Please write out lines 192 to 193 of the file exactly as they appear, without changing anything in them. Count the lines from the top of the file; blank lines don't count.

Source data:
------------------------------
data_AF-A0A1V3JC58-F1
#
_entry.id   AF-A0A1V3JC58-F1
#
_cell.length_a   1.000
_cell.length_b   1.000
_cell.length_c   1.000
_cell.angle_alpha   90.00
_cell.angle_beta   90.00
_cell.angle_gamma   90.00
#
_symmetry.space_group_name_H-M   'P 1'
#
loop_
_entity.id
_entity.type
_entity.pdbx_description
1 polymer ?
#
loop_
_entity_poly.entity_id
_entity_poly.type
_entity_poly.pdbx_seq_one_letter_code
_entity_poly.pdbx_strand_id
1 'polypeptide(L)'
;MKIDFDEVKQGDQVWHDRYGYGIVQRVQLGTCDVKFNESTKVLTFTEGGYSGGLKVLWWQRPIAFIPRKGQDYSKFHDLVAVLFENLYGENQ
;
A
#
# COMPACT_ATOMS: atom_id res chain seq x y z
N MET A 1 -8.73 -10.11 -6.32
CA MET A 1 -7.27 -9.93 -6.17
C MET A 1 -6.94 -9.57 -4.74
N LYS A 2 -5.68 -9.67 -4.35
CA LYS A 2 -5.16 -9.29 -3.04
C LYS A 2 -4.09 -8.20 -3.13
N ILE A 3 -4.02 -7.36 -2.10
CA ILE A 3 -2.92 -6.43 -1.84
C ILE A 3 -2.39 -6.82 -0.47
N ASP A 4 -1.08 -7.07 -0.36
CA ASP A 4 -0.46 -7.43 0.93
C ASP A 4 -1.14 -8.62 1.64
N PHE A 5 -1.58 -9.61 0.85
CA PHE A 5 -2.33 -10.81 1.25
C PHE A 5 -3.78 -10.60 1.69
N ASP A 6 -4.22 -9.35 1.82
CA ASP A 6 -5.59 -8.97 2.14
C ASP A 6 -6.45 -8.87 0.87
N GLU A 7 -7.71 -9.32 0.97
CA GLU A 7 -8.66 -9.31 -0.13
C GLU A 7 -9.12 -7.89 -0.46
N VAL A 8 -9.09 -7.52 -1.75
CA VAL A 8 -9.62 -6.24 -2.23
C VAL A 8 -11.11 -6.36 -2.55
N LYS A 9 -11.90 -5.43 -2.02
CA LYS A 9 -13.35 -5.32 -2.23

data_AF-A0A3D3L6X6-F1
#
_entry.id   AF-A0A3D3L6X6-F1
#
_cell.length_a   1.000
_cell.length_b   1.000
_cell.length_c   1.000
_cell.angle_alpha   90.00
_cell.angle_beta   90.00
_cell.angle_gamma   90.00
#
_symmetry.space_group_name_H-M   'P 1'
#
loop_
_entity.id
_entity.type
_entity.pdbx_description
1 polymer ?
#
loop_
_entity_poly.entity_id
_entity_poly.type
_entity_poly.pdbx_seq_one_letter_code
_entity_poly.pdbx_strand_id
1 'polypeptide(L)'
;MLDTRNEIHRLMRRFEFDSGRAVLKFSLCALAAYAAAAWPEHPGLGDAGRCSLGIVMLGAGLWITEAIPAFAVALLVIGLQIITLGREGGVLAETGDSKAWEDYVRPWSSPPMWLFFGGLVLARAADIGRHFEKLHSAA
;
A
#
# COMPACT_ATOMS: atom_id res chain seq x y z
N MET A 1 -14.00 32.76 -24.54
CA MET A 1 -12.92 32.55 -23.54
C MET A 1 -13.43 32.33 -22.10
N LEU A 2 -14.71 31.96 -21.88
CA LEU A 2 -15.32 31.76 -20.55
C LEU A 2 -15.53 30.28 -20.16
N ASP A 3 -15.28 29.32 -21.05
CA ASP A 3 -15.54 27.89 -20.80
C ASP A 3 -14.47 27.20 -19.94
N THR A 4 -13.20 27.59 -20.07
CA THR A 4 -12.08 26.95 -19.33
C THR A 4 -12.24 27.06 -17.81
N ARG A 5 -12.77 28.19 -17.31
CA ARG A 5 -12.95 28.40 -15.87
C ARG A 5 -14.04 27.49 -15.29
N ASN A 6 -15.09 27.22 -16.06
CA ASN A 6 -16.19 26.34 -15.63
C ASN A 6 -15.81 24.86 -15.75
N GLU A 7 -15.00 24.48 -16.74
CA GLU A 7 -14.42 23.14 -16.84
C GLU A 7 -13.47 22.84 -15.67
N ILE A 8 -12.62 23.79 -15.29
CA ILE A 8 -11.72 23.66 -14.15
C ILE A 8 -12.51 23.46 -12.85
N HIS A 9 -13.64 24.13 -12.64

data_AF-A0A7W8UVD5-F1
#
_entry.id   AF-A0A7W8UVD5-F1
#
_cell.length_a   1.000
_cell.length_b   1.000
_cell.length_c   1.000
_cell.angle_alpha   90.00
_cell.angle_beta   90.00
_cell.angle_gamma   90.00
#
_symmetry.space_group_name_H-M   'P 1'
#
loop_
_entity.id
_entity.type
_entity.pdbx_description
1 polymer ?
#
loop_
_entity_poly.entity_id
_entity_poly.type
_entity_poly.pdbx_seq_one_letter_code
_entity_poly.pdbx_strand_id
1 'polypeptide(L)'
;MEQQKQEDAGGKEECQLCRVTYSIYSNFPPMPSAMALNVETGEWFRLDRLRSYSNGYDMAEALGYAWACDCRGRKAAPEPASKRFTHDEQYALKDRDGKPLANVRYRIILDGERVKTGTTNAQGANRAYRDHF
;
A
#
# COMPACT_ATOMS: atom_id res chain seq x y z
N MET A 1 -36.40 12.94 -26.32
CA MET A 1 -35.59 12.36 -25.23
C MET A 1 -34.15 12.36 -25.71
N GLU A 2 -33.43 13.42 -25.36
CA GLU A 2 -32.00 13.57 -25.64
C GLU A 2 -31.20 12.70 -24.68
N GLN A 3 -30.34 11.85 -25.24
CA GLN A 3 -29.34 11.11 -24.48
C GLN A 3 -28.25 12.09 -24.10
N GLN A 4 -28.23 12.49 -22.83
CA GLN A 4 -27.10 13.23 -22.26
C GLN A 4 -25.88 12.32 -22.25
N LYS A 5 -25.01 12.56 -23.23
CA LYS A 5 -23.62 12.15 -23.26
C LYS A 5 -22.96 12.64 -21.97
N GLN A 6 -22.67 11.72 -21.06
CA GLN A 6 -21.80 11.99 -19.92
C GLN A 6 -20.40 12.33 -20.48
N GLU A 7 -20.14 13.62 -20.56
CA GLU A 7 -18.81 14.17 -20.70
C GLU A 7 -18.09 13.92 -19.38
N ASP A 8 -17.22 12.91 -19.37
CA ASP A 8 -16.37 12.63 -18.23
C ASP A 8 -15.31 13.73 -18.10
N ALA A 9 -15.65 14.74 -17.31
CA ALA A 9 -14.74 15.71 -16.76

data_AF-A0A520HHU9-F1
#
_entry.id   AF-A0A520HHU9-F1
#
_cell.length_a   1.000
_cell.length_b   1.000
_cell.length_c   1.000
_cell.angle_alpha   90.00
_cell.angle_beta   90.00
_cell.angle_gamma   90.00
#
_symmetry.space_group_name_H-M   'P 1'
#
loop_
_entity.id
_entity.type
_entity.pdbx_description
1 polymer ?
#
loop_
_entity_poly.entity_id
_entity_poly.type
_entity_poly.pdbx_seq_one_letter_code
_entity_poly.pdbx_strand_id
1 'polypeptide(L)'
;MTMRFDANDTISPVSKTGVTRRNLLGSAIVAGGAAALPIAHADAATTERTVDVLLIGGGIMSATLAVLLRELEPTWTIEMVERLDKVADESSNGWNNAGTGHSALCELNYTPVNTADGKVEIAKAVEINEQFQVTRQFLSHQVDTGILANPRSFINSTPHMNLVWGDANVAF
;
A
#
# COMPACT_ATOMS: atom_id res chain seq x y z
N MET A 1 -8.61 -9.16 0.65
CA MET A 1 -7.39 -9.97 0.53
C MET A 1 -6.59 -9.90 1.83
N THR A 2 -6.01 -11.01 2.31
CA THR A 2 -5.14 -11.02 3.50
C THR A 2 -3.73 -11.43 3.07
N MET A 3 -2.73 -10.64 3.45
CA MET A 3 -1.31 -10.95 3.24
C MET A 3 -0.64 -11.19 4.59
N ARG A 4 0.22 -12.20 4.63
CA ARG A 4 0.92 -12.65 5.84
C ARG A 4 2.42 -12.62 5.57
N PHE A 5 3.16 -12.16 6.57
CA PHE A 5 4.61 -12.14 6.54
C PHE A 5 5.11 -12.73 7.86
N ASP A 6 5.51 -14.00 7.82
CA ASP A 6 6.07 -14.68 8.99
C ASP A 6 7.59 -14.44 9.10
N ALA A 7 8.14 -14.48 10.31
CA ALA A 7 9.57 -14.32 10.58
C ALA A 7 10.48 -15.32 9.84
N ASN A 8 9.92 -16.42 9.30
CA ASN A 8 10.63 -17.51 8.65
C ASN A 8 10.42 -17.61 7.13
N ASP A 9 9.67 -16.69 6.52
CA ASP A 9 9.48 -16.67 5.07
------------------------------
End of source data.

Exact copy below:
1 'polypeptide(L)'
;MTMRFDANDTISPVSKTGVTRRNLLGSAIVAGGAAALPIAHADAATTERTVDVLLIGGGIMSATLAVLLRELEPTWTIEMVERLDKVADESSNGWNNAGTGHSALCELNYTPVNTADGKVEIAKAVEINEQFQVTRQFLSHQVDTGILANPRSFINSTPHMNLVWGDANVAF